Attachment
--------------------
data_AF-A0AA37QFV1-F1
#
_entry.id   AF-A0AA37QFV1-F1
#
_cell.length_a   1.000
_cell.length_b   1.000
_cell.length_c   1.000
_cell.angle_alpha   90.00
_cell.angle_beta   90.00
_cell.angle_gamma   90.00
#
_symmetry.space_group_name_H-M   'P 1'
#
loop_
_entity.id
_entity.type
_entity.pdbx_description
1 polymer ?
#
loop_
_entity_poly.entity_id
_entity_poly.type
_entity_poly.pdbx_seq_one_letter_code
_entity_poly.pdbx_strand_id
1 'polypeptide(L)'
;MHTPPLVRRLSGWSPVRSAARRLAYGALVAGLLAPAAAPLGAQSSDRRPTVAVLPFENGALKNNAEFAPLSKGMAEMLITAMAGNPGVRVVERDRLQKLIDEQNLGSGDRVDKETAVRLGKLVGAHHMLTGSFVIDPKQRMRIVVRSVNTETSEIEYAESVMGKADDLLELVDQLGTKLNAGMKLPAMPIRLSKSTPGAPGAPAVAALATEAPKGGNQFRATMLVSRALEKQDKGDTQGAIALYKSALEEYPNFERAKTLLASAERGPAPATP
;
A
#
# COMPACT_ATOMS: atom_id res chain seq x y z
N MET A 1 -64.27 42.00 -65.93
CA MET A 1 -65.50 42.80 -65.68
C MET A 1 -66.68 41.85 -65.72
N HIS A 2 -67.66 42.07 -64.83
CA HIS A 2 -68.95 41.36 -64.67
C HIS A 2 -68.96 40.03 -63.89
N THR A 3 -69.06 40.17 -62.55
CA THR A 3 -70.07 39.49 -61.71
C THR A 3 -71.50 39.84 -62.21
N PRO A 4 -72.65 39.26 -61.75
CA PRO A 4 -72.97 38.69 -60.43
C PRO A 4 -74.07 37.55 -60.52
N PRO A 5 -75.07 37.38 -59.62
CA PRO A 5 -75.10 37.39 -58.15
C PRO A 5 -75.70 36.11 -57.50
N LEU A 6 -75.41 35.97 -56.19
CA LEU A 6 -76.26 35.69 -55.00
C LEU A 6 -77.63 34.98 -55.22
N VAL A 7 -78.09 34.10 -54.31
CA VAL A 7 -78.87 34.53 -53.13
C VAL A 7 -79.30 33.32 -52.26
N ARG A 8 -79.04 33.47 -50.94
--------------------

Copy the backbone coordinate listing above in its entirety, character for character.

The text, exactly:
data_AF-A0AA37QFV1-F1
#
_entry.id   AF-A0AA37QFV1-F1
#
_cell.length_a   1.000
_cell.length_b   1.000
_cell.length_c   1.000
_cell.angle_alpha   90.00
_cell.angle_beta   90.00
_cell.angle_gamma   90.00
#
_symmetry.space_group_name_H-M   'P 1'
#
loop_
_entity.id
_entity.type
_entity.pdbx_description
1 polymer ?
#
loop_
_entity_poly.entity_id
_entity_poly.type
_entity_poly.pdbx_seq_one_letter_code
_entity_poly.pdbx_strand_id
1 'polypeptide(L)'
;MHTPPLVRRLSGWSPVRSAARRLAYGALVAGLLAPAAAPLGAQSSDRRPTVAVLPFENGALKNNAEFAPLSKGMAEMLITAMAGNPGVRVVERDRLQKLIDEQNLGSGDRVDKETAVRLGKLVGAHHMLTGSFVIDPKQRMRIVVRSVNTETSEIEYAESVMGKADDLLELVDQLGTKLNAGMKLPAMPIRLSKSTPGAPGAPAVAALATEAPKGGNQFRATMLVSRALEKQDKGDTQGAIALYKSALEEYPNFERAKTLLASAERGPAPATP
;
A
#
# COMPACT_ATOMS: atom_id res chain seq x y z
N MET A 1 -64.27 42.00 -65.93
CA MET A 1 -65.50 42.80 -65.68
C MET A 1 -66.68 41.85 -65.72
N HIS A 2 -67.66 42.07 -64.83
CA HIS A 2 -68.95 41.36 -64.67
C HIS A 2 -68.96 40.03 -63.89
N THR A 3 -69.06 40.17 -62.55
CA THR A 3 -70.07 39.49 -61.71
C THR A 3 -71.50 39.84 -62.21
N PRO A 4 -72.65 39.26 -61.75
CA PRO A 4 -72.97 38.69 -60.43
C PRO A 4 -74.07 37.55 -60.52
N PRO A 5 -75.07 37.38 -59.62
CA PRO A 5 -75.10 37.39 -58.15
C PRO A 5 -75.70 36.11 -57.50
N LEU A 6 -75.41 35.97 -56.19
CA LEU A 6 -76.26 35.69 -55.00
C LEU A 6 -77.63 34.98 -55.22
N VAL A 7 -78.09 34.10 -54.31
CA VAL A 7 -78.87 34.53 -53.13
C VAL A 7 -79.30 33.32 -52.26
N ARG A 8 -79.04 33.47 -50.94